MOSCOW, April 23 (Reuters) – Western companies are sticking
with Russia, waiting for an economic rebound that they expect
will once again bring rich rewards although some have cut
operations to weather the slump.
Russia is expecting a steep recession this year, caused by
low international oil prices and Western sanctions over the
Ukraine conflict even though international tensions have eased.
MOSCOW (Reuters) – The Russian central bank cut its main lending rate on Friday, for the second time this year, putting concerns about the declining economy before worries about high inflation.
The bank reduced its one-week minimum auction repo rate by one point to 14 percent, continuing an easing cycle that began in January when it unexpectedly cut the rate by two points.
MOSCOW, March 13 (Reuters) – The Russian central bank cut
its main lending rate on Friday, for the second time this year,
putting concerns about the declining economy before worries
about high inflation.
The bank reduced its one-week minimum auction repo rate by
one point to 14 percent, continuing an easing cycle that began
in January when it unexpectedly cut the rate by two points.
MOSCOW (Reuters) – The killing of Russian opposition figure Boris Nemtsov within sight of the Kremlin has exposed rarely seen tensions between different camps inside President Vladimir Putin’s system of rule.
No outsiders can know with any certainty what is happening behind the red-brick walls of the Kremlin, but some of Nemtsov’s associates say his shooting is being used by one faction to send Putin a message that they are unhappy and need to be reckoned with.
MOSCOW (Reuters) – Russian authorities said on Sunday they had charged two men over the killing of Kremlin critic Boris Nemtsov and said one of them was a former senior policeman from the mainly Muslim region of Chechnya who had confessed to involvement in the crime.
The two were among five men, all ethnic Chechens, frogmarched into a Moscow courtroom on Sunday, forced by masked security officers gripping their bound arms to walk doubled over, a Reuters reporter at the court said.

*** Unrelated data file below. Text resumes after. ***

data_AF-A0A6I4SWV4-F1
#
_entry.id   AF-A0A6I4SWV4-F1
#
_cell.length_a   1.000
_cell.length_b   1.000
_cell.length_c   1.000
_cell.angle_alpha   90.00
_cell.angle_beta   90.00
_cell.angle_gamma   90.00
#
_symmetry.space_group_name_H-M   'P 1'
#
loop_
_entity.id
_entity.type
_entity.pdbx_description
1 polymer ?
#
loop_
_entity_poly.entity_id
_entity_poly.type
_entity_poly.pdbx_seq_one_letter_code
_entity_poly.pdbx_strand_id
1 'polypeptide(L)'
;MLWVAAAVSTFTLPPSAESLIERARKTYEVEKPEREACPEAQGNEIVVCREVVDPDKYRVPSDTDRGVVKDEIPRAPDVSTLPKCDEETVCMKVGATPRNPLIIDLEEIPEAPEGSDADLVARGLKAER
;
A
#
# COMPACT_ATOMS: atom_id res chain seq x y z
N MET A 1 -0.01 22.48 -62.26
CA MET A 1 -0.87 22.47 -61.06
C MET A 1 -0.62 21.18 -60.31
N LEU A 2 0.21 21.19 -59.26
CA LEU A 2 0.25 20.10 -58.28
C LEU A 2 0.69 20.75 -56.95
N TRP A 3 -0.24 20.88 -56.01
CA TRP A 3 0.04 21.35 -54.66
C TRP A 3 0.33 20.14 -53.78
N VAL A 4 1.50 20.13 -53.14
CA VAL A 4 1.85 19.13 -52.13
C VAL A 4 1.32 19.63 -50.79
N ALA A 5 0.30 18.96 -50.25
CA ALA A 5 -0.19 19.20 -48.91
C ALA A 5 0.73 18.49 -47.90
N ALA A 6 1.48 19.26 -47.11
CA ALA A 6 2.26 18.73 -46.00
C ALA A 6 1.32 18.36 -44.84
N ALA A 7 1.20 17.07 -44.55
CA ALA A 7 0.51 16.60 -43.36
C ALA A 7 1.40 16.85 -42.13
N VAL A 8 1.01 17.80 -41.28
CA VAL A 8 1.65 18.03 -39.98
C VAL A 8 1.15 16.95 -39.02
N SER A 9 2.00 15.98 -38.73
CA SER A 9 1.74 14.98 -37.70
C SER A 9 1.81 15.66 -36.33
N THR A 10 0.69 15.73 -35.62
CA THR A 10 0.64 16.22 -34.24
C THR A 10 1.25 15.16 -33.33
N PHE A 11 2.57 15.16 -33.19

MOSCOW (Reuters) – Russia’s central bank will hold its interest rates steady this month as inflation stays in double digits despite an economic slump, a Reuters poll predicted on Monday.
The economy is set to see its first recession this year since the aftermath of the global financial crisis as sanctions imposed on Moscow for its role in the Ukraine conflict and a sharp drop in oil prices bite.
MOSCOW (Reuters) – Looming debt repayments by Russian companies are now central to discussions of Russia’s ability to weather the financial shocks caused by low oil prices and Western sanctions, but the picture is more complex than commonly believed.
Despite last week’s agreement aimed at ending the war in Ukraine, the sanctions are expected to remain for the foreseeable future, perhaps for years if the Ukraine deal fails to lead to a durable peace, leaving Russian companies largely cut off from Western financing.
MOSCOW (Reuters) – Russia’s inflation hit 15 percent in January, official data showed on Thursday, underscoring the growing economic pain from sliding oil prices and Western sanctions linked to the Ukraine conflict.
Inflation has been shooting up in recent months as a result of a slide in the rouble, which has made imports dearer, as well as restrictions imposed on many food imports from the West in retaliation for the sanctions.
MOSCOW (Reuters) – Russia’s central bank unexpectedly cut its main interest rate on Friday as fears of recession mount in the country following the fall in global oil prices and Western sanctions over the Ukraine crisis.
The central bank reduced its one-week minimum auction repo rate by two points to 15 percent, a little over a month after pushing it up by 6.5 points to 17 percent after a run on the rouble.
MOSCOW, Jan 28 (Reuters) – Russia announced a $35 billion
“anti-crisis” spending plan on Wednesday to bail out an economy
battered by Western sanctions and falling oil prices, but gave
few details of the deep cuts it said would be enacted this year
to pay for it.
The 2.34 trillion rouble spending plan includes 1.55 billion
roubles to support banks, most of which was already announced
last year and which many analysts say is still a fraction of
what Moscow will have to spend to keep its lenders afloat.